The 2018 judgement is an important turning point in the operations of Latvia’s religious organizations, as the Constitutional Court recognized that the norm in the Law on Religious Organizations, which forbids the founding of more than one religious association (Church) within the framework of one denomination, did not correspond with the Constitution of Latvia (Satversme). The requirement that new religious associations, which commence operations in Latvia for the first time and do not belong to previously registered religious associations (Churches), have to be reregistered every year for their first ten years, and only then gain the rights of a religious association (Church), has also been revoked.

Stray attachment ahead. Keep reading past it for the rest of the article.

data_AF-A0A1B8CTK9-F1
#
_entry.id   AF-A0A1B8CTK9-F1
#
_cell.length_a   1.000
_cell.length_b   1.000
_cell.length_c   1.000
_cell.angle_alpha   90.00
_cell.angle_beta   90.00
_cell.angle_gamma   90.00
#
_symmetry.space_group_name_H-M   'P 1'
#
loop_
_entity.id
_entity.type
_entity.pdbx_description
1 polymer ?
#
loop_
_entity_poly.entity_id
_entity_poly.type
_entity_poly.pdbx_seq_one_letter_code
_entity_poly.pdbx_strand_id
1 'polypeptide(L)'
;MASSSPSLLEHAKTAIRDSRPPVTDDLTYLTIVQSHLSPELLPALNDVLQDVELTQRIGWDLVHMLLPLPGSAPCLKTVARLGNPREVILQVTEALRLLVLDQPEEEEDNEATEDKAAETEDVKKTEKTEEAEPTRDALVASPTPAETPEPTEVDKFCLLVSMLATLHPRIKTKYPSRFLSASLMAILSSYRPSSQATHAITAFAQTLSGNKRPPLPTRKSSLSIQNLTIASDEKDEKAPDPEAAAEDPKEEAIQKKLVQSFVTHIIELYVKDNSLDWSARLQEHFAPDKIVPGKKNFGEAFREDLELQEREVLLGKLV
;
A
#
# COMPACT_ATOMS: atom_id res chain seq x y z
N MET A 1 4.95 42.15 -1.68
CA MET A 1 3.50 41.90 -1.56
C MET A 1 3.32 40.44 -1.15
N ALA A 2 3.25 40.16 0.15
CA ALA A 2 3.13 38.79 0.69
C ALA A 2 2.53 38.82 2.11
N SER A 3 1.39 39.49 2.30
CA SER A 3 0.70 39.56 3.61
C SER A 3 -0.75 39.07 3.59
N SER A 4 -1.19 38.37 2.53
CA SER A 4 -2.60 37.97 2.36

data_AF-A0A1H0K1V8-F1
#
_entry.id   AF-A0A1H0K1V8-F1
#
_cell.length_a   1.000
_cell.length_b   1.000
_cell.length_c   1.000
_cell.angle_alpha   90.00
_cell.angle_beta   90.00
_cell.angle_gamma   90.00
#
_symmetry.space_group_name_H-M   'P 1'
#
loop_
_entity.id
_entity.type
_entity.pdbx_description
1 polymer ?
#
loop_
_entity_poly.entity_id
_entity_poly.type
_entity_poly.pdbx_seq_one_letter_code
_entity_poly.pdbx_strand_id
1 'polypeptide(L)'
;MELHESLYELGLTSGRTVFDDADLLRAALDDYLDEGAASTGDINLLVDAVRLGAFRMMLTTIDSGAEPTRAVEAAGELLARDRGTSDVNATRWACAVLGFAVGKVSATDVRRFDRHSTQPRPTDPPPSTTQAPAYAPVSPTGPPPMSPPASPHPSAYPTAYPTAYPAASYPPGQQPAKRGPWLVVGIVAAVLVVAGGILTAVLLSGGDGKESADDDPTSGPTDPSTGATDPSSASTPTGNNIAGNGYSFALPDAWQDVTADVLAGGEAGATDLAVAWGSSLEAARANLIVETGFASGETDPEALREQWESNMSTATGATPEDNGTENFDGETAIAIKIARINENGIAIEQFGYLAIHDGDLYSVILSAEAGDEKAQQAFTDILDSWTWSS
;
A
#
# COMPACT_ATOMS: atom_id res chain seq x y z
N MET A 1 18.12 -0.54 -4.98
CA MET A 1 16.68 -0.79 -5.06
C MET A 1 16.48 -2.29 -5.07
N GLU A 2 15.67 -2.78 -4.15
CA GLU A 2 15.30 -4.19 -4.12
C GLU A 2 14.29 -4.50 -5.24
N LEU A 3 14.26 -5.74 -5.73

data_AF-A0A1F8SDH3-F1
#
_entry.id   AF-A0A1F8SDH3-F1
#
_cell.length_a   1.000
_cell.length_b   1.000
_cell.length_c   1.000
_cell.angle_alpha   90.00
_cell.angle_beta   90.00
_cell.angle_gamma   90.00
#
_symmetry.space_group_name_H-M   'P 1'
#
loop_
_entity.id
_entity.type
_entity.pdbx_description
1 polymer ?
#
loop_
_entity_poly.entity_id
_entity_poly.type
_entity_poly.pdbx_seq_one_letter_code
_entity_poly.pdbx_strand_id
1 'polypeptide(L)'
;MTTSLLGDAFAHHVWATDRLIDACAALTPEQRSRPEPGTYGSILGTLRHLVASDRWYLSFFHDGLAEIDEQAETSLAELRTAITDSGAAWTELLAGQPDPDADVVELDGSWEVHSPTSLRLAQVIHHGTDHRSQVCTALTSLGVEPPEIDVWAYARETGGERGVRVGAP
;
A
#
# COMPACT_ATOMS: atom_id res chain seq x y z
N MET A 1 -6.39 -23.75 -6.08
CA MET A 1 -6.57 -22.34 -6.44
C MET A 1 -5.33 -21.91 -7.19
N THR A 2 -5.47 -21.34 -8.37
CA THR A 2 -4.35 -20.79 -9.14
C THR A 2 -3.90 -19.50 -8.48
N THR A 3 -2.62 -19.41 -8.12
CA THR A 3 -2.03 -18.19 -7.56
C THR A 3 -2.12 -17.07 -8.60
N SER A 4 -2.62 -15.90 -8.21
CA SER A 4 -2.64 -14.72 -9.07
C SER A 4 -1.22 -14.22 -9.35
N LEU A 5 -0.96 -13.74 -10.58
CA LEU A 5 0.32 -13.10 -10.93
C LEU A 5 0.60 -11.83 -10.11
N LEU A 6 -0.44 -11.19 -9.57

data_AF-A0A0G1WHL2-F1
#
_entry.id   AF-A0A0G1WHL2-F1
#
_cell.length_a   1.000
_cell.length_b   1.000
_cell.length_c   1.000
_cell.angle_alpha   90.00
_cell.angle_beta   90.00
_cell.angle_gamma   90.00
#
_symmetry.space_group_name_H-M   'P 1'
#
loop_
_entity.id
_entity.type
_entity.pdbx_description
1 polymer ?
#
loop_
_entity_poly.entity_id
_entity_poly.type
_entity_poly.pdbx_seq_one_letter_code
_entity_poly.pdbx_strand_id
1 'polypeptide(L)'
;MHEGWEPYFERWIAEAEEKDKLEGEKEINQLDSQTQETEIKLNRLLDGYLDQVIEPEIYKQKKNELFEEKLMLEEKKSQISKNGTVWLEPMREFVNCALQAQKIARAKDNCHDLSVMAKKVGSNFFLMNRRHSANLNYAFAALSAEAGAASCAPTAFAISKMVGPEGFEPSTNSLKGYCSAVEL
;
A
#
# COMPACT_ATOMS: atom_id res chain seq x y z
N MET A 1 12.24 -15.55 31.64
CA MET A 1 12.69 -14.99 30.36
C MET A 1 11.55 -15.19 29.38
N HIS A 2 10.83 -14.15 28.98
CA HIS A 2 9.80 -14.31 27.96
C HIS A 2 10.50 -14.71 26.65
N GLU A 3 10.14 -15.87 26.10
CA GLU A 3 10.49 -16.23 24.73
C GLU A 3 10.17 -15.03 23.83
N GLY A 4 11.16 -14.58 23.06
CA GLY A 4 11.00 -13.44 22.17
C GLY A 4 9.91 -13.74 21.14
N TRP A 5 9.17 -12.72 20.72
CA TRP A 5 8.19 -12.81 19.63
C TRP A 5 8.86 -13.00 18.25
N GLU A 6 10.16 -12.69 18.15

In Latvia, the issue of the degree to which the state should be regulating the life of religious associations (Churches), so as not to breach Article 99 of the Constitution of Latvian (Satversme) on the separation of the Church and State, has arisen. Several members of the Parliament (Saeima) have expressed the position that the State should be very reticent on the desire to go into detail in the regulation of religious organizations, as this could border on interference in the life of the Church. In looking at amendments to the Law on Religious Organizations, the legislature will be forced to respond on the location of this boundary in the near future. In February 2019, the Latvijas juristu apvienība [Latvian Bar Association] held a discussion on whether any changes would take place in the operation of religious organizations after this judgement, and if so, of what kind.

Source : Latvijas Vēstnesis.

D 25 juin 2019    AAnita Stasulane

CNRS Unistra Dres Gsrl